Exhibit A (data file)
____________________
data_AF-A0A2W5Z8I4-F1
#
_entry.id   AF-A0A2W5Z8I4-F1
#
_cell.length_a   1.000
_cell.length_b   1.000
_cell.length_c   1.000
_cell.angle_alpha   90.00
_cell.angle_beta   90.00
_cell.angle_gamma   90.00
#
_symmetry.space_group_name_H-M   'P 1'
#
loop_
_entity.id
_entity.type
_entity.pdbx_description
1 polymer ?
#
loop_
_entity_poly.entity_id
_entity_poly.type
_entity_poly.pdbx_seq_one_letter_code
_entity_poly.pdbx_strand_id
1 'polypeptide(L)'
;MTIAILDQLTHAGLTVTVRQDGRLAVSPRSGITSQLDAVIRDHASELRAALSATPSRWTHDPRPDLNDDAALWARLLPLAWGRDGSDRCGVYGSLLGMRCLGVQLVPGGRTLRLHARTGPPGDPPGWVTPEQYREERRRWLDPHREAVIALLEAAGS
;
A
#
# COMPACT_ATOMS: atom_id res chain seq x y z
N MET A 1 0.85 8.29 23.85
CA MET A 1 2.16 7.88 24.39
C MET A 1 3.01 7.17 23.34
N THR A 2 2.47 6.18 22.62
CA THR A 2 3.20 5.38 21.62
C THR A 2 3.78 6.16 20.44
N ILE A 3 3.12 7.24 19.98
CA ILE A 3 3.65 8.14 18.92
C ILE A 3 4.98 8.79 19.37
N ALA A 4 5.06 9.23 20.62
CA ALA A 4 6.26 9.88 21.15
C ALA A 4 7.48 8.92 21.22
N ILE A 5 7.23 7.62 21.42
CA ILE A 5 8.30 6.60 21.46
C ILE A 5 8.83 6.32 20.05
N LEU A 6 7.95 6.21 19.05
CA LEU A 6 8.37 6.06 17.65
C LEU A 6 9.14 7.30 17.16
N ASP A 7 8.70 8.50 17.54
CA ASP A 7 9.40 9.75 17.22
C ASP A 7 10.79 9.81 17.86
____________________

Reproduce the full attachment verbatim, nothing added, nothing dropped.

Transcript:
data_AF-A0A2W5Z8I4-F1
#
_entry.id   AF-A0A2W5Z8I4-F1
#
_cell.length_a   1.000
_cell.length_b   1.000
_cell.length_c   1.000
_cell.angle_alpha   90.00
_cell.angle_beta   90.00
_cell.angle_gamma   90.00
#
_symmetry.space_group_name_H-M   'P 1'
#
loop_
_entity.id
_entity.type
_entity.pdbx_description
1 polymer ?
#
loop_
_entity_poly.entity_id
_entity_poly.type
_entity_poly.pdbx_seq_one_letter_code
_entity_poly.pdbx_strand_id
1 'polypeptide(L)'
;MTIAILDQLTHAGLTVTVRQDGRLAVSPRSGITSQLDAVIRDHASELRAALSATPSRWTHDPRPDLNDDAALWARLLPLAWGRDGSDRCGVYGSLLGMRCLGVQLVPGGRTLRLHARTGPPGDPPGWVTPEQYREERRRWLDPHREAVIALLEAAGS
;
A
#
# COMPACT_ATOMS: atom_id res chain seq x y z
N MET A 1 0.85 8.29 23.85
CA MET A 1 2.16 7.88 24.39
C MET A 1 3.01 7.17 23.34
N THR A 2 2.47 6.18 22.62
CA THR A 2 3.20 5.38 21.62
C THR A 2 3.78 6.16 20.44
N ILE A 3 3.12 7.24 19.98
CA ILE A 3 3.65 8.14 18.92
C ILE A 3 4.98 8.79 19.37
N ALA A 4 5.06 9.23 20.62
CA ALA A 4 6.26 9.88 21.15
C ALA A 4 7.48 8.92 21.22
N ILE A 5 7.23 7.62 21.42
CA ILE A 5 8.30 6.60 21.46
C ILE A 5 8.83 6.32 20.05
N LEU A 6 7.95 6.21 19.05
CA LEU A 6 8.37 6.06 17.65
C LEU A 6 9.14 7.30 17.16
N ASP A 7 8.70 8.50 17.54
CA ASP A 7 9.40 9.75 17.22
C ASP A 7 10.79 9.81 17.86